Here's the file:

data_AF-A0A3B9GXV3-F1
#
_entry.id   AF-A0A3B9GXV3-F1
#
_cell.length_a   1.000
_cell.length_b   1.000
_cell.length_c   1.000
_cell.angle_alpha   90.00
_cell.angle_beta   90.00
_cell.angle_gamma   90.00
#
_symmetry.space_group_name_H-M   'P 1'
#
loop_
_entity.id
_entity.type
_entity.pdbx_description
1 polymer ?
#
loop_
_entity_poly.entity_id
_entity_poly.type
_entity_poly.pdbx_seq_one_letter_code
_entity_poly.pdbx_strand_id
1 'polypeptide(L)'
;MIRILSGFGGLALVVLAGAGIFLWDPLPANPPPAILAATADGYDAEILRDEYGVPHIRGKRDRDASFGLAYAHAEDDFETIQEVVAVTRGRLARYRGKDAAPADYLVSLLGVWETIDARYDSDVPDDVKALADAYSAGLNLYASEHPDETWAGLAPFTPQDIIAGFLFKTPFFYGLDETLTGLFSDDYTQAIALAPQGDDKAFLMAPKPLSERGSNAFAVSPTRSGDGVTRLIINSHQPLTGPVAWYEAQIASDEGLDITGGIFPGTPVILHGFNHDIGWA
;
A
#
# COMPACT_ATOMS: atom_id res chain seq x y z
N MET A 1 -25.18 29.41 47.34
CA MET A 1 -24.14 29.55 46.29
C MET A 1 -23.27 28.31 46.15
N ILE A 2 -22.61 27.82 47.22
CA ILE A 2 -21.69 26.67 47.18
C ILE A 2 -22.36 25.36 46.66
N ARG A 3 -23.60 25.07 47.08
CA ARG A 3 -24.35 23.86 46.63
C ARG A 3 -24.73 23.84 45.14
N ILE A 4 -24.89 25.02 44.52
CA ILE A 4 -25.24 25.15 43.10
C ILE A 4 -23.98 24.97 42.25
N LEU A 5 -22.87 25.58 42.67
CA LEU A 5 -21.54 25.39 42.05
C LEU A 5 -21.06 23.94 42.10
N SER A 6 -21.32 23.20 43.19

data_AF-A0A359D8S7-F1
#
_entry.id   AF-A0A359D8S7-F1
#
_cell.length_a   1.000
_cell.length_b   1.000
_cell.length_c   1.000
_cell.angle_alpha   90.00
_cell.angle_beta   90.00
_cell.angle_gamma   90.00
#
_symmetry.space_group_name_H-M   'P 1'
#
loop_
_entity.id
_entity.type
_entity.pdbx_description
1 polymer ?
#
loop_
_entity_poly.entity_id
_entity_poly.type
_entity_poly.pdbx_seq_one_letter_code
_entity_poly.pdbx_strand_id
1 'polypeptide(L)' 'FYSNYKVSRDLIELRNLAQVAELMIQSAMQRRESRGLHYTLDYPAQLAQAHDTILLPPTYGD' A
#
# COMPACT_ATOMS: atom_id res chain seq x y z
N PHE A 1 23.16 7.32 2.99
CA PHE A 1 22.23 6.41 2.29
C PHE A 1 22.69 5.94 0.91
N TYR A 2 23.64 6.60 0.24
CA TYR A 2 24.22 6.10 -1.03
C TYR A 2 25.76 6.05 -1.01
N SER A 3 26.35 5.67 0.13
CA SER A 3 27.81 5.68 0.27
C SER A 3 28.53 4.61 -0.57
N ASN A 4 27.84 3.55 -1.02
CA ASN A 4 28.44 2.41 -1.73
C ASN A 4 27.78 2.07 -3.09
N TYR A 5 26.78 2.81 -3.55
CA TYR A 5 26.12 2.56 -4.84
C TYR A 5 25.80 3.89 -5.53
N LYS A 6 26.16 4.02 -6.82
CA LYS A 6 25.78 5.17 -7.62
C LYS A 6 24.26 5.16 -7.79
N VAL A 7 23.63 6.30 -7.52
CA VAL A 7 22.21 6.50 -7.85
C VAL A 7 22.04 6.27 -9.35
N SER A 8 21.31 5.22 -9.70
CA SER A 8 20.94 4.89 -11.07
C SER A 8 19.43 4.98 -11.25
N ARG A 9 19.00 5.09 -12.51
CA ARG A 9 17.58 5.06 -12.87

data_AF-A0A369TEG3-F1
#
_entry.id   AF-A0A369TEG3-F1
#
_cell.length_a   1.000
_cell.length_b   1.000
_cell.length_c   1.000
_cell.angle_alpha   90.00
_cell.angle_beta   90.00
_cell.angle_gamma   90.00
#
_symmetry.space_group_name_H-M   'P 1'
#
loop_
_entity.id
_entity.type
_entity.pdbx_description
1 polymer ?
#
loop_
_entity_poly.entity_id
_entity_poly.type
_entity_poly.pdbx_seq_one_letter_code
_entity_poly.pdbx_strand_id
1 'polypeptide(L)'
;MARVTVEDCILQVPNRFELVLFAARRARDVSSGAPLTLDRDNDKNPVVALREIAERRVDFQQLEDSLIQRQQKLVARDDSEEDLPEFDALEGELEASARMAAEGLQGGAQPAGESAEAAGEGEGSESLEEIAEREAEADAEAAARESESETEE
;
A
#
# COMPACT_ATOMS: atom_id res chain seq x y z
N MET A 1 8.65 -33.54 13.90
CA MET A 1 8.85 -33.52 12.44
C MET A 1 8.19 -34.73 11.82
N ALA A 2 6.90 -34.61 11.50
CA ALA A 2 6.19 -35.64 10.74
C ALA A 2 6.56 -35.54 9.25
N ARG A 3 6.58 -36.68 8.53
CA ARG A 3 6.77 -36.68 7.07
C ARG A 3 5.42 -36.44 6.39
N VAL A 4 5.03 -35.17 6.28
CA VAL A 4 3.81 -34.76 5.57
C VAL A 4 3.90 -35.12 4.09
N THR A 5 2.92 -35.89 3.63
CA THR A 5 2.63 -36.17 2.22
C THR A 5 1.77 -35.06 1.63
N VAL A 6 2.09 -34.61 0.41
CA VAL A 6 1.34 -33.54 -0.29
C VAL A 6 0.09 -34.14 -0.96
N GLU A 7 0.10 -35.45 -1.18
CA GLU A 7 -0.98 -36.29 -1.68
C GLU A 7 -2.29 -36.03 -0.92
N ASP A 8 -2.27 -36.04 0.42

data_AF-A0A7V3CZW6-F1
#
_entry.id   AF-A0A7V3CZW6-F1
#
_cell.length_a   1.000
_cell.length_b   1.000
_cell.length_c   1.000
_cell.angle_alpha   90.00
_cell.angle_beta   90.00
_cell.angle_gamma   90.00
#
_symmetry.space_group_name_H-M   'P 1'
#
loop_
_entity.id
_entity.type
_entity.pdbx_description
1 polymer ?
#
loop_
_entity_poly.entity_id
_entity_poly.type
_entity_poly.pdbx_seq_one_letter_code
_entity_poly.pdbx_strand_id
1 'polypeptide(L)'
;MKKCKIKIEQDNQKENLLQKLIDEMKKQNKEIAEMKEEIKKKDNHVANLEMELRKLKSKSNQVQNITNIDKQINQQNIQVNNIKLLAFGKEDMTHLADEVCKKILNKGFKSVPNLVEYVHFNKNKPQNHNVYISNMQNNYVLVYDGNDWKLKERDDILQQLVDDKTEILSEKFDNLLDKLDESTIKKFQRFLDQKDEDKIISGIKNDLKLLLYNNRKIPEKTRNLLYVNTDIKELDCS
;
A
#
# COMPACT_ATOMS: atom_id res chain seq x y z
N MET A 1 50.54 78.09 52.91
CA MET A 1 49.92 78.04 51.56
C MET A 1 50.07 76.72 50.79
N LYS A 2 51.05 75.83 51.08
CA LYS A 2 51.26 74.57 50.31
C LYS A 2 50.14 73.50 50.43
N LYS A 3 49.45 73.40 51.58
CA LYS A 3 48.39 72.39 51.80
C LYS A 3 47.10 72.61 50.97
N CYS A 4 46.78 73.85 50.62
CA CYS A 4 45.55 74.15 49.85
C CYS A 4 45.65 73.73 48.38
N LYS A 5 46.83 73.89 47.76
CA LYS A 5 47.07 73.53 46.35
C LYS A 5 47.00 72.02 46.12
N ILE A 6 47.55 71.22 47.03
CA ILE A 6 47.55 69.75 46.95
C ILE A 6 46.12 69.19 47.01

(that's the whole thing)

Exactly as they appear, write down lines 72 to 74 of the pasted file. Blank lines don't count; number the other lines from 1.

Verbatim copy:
#
# COMPACT_ATOMS: atom_id res chain seq x y z
N PHE A 1 23.16 7.32 2.99